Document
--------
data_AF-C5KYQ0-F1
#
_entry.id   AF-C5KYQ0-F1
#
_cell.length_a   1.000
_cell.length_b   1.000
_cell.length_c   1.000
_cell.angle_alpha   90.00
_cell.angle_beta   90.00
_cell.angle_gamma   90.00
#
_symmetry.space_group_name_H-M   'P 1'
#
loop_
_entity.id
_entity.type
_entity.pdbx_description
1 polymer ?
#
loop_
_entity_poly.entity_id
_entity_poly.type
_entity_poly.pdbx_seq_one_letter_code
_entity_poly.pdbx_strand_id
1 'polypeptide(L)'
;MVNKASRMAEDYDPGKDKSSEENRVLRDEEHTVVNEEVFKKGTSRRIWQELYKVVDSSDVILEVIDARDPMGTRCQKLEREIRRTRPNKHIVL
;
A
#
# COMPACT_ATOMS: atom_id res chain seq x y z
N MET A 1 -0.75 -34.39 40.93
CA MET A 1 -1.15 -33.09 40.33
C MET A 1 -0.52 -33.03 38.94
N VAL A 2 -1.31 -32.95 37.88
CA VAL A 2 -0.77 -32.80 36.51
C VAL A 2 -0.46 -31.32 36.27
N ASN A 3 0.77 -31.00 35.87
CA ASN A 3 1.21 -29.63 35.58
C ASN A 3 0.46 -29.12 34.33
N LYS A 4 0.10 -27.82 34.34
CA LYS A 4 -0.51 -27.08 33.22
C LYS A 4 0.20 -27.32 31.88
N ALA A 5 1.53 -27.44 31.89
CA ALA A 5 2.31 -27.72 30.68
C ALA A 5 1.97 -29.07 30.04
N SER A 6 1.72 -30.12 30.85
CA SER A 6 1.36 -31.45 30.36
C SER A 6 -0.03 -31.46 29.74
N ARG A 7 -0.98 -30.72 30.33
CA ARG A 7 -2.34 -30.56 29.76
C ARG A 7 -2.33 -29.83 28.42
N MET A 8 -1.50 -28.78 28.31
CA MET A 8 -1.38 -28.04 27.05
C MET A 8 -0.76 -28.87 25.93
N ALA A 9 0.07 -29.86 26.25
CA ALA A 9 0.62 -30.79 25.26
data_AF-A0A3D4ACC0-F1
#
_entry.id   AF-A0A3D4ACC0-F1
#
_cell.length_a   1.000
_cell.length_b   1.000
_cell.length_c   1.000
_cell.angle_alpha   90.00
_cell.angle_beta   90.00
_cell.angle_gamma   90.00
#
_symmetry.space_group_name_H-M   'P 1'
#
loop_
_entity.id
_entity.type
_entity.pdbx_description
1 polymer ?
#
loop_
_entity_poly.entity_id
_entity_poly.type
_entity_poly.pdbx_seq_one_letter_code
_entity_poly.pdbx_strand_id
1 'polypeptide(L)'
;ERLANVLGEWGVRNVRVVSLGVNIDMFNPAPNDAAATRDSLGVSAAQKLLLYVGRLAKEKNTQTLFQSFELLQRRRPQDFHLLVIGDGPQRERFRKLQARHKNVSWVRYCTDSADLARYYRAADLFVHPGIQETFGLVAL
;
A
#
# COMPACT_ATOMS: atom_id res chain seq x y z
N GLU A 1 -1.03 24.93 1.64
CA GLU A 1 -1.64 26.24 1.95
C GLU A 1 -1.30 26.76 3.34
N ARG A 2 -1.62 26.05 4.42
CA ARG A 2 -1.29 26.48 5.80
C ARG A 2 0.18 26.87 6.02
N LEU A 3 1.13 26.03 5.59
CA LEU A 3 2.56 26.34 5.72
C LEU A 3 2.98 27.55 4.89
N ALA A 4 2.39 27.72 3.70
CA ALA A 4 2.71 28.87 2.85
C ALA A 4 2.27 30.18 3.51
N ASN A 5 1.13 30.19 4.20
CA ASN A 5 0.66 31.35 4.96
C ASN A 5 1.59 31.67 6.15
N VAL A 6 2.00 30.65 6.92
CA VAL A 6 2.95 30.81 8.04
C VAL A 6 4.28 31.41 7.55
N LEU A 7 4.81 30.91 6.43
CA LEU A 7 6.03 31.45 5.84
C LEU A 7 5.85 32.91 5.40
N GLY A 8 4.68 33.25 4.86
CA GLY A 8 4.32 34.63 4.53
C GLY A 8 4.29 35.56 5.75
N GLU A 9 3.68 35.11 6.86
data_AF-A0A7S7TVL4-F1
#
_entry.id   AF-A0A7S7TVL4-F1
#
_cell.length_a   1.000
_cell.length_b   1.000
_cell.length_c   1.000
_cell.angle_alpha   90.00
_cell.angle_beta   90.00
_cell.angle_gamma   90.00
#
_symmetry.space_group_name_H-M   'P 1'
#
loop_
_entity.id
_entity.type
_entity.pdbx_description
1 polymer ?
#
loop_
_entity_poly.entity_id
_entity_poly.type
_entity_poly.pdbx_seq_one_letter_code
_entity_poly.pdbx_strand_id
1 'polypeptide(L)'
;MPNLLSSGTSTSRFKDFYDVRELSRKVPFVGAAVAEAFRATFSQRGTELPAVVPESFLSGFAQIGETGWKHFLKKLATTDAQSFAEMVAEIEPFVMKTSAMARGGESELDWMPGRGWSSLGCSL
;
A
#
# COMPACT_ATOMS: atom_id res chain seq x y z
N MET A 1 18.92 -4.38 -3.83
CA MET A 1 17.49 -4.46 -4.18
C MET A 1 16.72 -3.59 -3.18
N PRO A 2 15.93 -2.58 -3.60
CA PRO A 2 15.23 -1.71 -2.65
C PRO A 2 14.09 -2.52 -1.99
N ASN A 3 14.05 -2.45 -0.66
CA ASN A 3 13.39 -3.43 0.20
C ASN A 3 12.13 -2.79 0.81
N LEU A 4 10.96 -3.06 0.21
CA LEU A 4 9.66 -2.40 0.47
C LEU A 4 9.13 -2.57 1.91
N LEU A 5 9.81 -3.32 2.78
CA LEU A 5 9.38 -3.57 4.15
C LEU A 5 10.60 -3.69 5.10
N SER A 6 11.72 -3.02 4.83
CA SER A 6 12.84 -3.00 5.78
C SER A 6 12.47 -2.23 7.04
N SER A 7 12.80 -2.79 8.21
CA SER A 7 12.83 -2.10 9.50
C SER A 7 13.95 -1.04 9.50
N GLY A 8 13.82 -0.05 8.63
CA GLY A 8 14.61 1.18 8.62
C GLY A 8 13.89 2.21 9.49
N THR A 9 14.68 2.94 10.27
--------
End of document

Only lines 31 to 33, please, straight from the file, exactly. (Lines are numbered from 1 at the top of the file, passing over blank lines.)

N MET A 1 -0.75 -34.39 40.93
CA MET A 1 -1.15 -33.09 40.33
C MET A 1 -0.52 -33.03 38.94